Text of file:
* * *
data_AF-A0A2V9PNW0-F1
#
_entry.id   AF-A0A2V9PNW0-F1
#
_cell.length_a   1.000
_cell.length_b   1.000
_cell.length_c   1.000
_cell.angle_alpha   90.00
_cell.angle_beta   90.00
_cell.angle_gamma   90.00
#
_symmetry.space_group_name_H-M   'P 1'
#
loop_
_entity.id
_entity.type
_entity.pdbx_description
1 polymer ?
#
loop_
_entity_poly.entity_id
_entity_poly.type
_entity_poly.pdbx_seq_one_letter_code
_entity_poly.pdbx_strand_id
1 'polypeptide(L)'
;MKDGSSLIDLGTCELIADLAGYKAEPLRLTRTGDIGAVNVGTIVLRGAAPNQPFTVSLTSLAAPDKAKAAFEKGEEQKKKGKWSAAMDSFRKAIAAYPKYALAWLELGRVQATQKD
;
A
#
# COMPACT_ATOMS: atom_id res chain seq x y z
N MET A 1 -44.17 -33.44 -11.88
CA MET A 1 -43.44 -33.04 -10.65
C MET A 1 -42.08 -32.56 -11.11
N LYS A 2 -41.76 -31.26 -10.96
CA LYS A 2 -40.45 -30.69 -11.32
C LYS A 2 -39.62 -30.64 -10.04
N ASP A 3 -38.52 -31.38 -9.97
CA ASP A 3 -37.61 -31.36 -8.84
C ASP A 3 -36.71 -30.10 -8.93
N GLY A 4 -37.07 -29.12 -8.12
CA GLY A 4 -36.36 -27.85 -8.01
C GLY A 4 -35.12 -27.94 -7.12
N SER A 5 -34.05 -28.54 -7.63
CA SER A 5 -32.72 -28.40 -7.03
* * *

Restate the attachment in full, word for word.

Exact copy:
data_AF-A0A2V9PNW0-F1
#
_entry.id   AF-A0A2V9PNW0-F1
#
_cell.length_a   1.000
_cell.length_b   1.000
_cell.length_c   1.000
_cell.angle_alpha   90.00
_cell.angle_beta   90.00
_cell.angle_gamma   90.00
#
_symmetry.space_group_name_H-M   'P 1'
#
loop_
_entity.id
_entity.type
_entity.pdbx_description
1 polymer ?
#
loop_
_entity_poly.entity_id
_entity_poly.type
_entity_poly.pdbx_seq_one_letter_code
_entity_poly.pdbx_strand_id
1 'polypeptide(L)'
;MKDGSSLIDLGTCELIADLAGYKAEPLRLTRTGDIGAVNVGTIVLRGAAPNQPFTVSLTSLAAPDKAKAAFEKGEEQKKKGKWSAAMDSFRKAIAAYPKYALAWLELGRVQATQKD
;
A
#
# COMPACT_ATOMS: atom_id res chain seq x y z
N MET A 1 -44.17 -33.44 -11.88
CA MET A 1 -43.44 -33.04 -10.65
C MET A 1 -42.08 -32.56 -11.11
N LYS A 2 -41.76 -31.26 -10.96
CA LYS A 2 -40.45 -30.69 -11.32
C LYS A 2 -39.62 -30.64 -10.04
N ASP A 3 -38.52 -31.38 -9.97
CA ASP A 3 -37.61 -31.36 -8.84
C ASP A 3 -36.71 -30.10 -8.93
N GLY A 4 -37.07 -29.12 -8.12
CA GLY A 4 -36.36 -27.85 -8.01
C GLY A 4 -35.12 -27.94 -7.12
N SER A 5 -34.05 -28.54 -7.63
CA SER A 5 -32.72 -28.40 -7.03